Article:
When learning to do anything, from ice skating to film making to hang gliding, there are always going to be setbacks and mistakes (hopefully not so many in the last one). What we learn from situations that don't pan out can be just as, if not more important than when things go perfectly. Through mistakes and unwanted situations, we're able to learn first had the consequences of our actions and decisions that we could have possibly prevented, were we aware of where they were leading. Further, the impact of negative consequences is a better teacher than someone telling us, 'don't do this, that will happen,' as we ourselves must then directly face the outcome, and dig our own way out of it.
Something like this happened about half a year ago. Wanting desperately to find a partner in filming, I joined a social network that specialized with video, film and creative arts. I found someone who lived nearby, and we eventually got together to give it a shot.
The shoot was not my favorite experience, I found myself extremely frustrated, it left a bad taste in my mouth. I had to take a few days to really understand exactly what bothered me so much about the event, and realized a lot of it were things that I could have preemptively addressed, if not recognized red flags earlier and gracefully back out before things got heated.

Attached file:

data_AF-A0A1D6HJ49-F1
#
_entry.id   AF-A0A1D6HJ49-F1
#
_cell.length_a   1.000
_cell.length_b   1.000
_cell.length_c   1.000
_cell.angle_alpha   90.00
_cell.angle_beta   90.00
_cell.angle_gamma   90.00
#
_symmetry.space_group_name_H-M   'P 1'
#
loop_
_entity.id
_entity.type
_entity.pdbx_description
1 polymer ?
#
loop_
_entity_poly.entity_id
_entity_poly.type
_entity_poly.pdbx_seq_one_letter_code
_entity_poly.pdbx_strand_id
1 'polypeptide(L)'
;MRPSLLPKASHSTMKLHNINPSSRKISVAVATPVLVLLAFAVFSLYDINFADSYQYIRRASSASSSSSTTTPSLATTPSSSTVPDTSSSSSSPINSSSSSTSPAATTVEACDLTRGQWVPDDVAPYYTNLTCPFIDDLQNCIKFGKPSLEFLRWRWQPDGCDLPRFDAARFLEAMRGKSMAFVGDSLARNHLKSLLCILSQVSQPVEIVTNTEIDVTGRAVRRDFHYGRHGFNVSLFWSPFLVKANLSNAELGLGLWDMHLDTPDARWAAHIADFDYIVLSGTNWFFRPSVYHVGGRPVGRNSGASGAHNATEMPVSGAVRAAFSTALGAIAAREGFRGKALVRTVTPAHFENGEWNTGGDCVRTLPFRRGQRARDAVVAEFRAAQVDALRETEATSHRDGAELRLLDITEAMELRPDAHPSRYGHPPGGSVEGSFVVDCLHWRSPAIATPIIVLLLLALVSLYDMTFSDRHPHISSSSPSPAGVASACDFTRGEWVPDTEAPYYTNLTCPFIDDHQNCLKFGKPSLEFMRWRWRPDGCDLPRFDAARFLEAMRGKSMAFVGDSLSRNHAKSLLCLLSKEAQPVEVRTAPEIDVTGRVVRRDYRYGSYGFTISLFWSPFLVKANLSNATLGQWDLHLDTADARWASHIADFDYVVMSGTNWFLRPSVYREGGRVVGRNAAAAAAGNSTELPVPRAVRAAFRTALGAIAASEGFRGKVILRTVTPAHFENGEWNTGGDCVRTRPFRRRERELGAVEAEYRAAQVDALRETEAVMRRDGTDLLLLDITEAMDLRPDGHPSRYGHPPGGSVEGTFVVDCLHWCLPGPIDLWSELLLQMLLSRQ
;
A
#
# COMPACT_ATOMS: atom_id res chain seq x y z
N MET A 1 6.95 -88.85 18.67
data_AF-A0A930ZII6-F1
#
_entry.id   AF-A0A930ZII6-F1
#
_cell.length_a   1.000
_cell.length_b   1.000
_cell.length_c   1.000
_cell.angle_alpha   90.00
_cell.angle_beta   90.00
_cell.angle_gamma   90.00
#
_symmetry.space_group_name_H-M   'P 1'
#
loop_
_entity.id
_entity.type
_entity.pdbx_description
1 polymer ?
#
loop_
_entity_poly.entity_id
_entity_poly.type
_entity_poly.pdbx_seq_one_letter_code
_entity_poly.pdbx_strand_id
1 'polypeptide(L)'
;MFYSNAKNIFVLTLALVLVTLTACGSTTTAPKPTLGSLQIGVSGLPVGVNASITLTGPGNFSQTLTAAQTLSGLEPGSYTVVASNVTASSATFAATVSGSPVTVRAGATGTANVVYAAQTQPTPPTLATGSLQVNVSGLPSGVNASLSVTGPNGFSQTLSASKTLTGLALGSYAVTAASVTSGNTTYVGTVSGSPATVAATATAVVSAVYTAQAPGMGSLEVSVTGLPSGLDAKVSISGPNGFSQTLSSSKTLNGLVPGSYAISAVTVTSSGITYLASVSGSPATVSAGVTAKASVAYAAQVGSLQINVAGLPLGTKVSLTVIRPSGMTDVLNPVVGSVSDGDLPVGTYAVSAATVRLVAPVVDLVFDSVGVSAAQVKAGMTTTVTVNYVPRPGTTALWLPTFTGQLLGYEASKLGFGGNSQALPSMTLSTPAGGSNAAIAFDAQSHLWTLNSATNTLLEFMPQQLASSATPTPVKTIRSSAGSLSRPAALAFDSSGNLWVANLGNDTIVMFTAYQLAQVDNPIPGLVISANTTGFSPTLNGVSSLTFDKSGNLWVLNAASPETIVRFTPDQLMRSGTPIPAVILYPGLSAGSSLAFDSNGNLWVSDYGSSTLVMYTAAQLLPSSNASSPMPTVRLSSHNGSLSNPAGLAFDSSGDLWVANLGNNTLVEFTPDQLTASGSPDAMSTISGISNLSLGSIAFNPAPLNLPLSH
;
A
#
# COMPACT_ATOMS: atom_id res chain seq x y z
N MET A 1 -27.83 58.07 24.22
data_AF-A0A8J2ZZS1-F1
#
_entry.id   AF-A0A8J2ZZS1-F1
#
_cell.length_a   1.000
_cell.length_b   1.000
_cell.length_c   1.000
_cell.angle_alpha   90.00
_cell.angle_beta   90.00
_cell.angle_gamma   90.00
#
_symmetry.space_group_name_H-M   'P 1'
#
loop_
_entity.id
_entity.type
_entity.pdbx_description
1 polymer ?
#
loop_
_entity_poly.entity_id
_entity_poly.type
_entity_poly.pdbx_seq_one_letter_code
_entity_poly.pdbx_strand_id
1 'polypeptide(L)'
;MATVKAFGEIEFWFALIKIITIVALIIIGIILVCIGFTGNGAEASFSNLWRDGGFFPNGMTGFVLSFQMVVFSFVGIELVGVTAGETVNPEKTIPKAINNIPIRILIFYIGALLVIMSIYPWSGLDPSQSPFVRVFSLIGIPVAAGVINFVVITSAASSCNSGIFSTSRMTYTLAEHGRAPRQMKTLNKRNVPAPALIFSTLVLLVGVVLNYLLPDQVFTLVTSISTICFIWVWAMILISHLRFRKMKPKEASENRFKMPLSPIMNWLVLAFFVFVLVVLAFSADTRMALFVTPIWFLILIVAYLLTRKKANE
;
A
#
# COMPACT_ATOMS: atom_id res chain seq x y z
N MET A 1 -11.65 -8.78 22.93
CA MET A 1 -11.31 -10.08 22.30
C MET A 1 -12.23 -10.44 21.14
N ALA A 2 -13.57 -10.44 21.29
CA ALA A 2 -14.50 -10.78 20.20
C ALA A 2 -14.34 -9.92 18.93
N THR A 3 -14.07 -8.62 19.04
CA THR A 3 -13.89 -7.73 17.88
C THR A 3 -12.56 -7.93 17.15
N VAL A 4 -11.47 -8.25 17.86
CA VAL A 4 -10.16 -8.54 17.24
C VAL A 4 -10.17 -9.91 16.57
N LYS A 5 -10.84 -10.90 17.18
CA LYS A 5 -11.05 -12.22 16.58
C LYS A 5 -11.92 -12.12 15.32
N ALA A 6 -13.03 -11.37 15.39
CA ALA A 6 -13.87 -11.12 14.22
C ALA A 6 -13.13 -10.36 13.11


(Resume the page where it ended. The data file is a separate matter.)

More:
And things indeed got heated.
Now, to be clear, there was nothing wrong with this individual, but we ended up not seeing eye to eye, which lead to harsh words, and blocked numbers. It even let to me holding on to the project, not editing the footage or adding visual effects, because I was so negatively impacted by the experience. I didn't want to see it, touch it, and any frustrations that I would have found during the editing process were only intensified by my feelings towards him and the shoot.
After the parting of ways between myself and the other team member, I had a really difficult time doing anything film related. I couldn't write, I didn't want to try to learn any new visual effects, I didn't touch my camera in weeks. I didn't realize that I was so negatively impacted by not only the experience, but frozen because of the guilt that I didn't want to edit the footage. That negative impact stopped me from moving forward, from getting better, learning more and trying new things.
I was very close to scrapping the whole thing, deleting footage, forgetting that it ever happened. However, I took a moment to stop and think. This supposed failure has been a greater teacher than my most popular videos. I've learned what I will and won't stand for, what to avoid in order to have a more productive shoot, what type of people I work best with, and most importantly of all, the ramifications of negative feelings towards a project.
So, in an effort to close the book on the whole experience, but also show myself that I learned something, I opened up the project file that I hadn't touched in weeks, and hit render. Below, you'll find the uncompleted project, warts and all. It's not bad, and there are a lot of things that I could fix, but it's important to see it for what it is. It failed, but it wasn't a failure. In fact, it's some of my best camera work with what I had at the time. And if it's taught me anything, it's that sometimes, it's OK to fail.